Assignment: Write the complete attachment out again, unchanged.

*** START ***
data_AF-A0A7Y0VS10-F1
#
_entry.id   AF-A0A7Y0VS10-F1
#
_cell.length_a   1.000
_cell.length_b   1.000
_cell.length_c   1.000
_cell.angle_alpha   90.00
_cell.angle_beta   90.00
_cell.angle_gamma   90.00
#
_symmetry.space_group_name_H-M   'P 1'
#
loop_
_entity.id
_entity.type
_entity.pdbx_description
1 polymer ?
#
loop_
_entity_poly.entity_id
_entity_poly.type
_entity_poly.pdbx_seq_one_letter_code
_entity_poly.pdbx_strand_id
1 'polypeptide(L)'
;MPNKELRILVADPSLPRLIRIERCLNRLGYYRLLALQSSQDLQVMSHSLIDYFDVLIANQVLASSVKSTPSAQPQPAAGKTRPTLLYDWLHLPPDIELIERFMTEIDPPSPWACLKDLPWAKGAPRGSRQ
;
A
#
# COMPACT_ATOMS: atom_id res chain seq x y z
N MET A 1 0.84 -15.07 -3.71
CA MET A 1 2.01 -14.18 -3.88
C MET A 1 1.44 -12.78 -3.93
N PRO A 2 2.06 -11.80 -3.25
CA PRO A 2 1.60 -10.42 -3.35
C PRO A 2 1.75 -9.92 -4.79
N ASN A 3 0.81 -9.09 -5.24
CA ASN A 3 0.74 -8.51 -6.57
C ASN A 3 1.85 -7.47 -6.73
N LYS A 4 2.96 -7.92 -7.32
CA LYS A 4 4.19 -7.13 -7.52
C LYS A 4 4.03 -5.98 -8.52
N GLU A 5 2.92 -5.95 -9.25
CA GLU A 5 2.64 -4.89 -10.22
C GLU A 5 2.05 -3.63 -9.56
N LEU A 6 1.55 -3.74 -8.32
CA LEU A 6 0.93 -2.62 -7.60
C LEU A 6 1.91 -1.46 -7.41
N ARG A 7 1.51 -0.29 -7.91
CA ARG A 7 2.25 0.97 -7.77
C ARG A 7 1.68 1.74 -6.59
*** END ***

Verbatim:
data_AF-A0A7Y0VS10-F1
#
_entry.id   AF-A0A7Y0VS10-F1
#
_cell.length_a   1.000
_cell.length_b   1.000
_cell.length_c   1.000
_cell.angle_alpha   90.00
_cell.angle_beta   90.00
_cell.angle_gamma   90.00
#
_symmetry.space_group_name_H-M   'P 1'
#
loop_
_entity.id
_entity.type
_entity.pdbx_description
1 polymer ?
#
loop_
_entity_poly.entity_id
_entity_poly.type
_entity_poly.pdbx_seq_one_letter_code
_entity_poly.pdbx_strand_id
1 'polypeptide(L)'
;MPNKELRILVADPSLPRLIRIERCLNRLGYYRLLALQSSQDLQVMSHSLIDYFDVLIANQVLASSVKSTPSAQPQPAAGKTRPTLLYDWLHLPPDIELIERFMTEIDPPSPWACLKDLPWAKGAPRGSRQ
;
A
#
# COMPACT_ATOMS: atom_id res chain seq x y z
N MET A 1 0.84 -15.07 -3.71
CA MET A 1 2.01 -14.18 -3.88
C MET A 1 1.44 -12.78 -3.93
N PRO A 2 2.06 -11.80 -3.25
CA PRO A 2 1.60 -10.42 -3.35
C PRO A 2 1.75 -9.92 -4.79
N ASN A 3 0.81 -9.09 -5.24
CA ASN A 3 0.74 -8.51 -6.57
C ASN A 3 1.85 -7.47 -6.73
N LYS A 4 2.96 -7.92 -7.32
CA LYS A 4 4.19 -7.13 -7.52
C LYS A 4 4.03 -5.98 -8.52
N GLU A 5 2.92 -5.95 -9.25
CA GLU A 5 2.64 -4.89 -10.22
C GLU A 5 2.05 -3.63 -9.56
N LEU A 6 1.55 -3.74 -8.32
CA LEU A 6 0.93 -2.62 -7.60
C LEU A 6 1.91 -1.46 -7.41
N ARG A 7 1.51 -0.29 -7.91
CA ARG A 7 2.25 0.97 -7.77
C ARG A 7 1.68 1.74 -6.59